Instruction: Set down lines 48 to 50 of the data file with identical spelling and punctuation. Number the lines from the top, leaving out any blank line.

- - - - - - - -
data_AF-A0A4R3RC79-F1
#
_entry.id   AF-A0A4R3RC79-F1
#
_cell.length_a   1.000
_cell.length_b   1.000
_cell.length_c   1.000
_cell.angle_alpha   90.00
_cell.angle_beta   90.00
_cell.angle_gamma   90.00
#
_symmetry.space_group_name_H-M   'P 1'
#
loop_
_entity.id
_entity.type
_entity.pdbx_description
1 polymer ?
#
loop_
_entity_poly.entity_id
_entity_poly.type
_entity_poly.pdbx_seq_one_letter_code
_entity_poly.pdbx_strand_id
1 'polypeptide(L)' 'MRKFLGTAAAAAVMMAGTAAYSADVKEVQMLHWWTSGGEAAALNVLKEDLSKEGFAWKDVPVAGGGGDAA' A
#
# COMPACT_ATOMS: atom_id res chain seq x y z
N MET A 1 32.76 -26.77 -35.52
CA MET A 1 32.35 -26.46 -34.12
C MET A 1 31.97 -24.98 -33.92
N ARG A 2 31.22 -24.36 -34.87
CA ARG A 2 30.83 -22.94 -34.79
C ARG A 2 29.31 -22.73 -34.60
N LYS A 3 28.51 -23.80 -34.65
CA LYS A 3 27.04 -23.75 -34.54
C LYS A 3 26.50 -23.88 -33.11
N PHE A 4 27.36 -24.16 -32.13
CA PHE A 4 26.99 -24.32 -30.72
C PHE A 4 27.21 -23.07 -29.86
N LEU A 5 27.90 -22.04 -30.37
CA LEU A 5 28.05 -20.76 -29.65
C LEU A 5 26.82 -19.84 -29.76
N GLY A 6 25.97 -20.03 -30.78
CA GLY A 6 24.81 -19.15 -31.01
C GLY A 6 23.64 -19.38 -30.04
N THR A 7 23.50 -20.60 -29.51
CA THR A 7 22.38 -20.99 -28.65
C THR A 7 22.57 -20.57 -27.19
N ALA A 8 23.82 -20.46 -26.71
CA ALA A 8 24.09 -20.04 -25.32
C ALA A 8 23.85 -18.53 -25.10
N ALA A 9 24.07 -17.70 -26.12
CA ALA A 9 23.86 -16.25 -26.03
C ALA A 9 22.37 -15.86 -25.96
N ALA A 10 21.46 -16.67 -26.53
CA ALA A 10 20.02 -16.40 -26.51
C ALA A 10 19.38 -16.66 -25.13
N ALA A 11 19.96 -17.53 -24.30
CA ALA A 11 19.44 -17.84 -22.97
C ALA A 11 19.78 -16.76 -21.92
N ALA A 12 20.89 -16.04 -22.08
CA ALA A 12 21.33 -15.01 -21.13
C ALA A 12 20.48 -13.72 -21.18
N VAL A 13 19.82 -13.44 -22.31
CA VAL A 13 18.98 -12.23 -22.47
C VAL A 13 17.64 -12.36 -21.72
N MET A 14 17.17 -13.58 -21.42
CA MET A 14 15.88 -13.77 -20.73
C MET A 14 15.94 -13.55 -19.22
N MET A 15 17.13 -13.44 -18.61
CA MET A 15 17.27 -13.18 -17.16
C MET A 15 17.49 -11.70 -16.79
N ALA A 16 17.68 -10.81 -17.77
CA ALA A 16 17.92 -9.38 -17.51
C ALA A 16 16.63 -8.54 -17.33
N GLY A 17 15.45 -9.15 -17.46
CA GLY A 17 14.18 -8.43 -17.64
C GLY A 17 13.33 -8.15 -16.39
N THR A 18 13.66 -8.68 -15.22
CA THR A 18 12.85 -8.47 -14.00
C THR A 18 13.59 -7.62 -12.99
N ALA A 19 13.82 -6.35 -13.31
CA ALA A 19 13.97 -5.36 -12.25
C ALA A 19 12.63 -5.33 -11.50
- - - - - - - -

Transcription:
C THR A 7 22.57 -20.57 -27.19
N ALA A 8 23.82 -20.46 -26.71
CA ALA A 8 24.09 -20.04 -25.32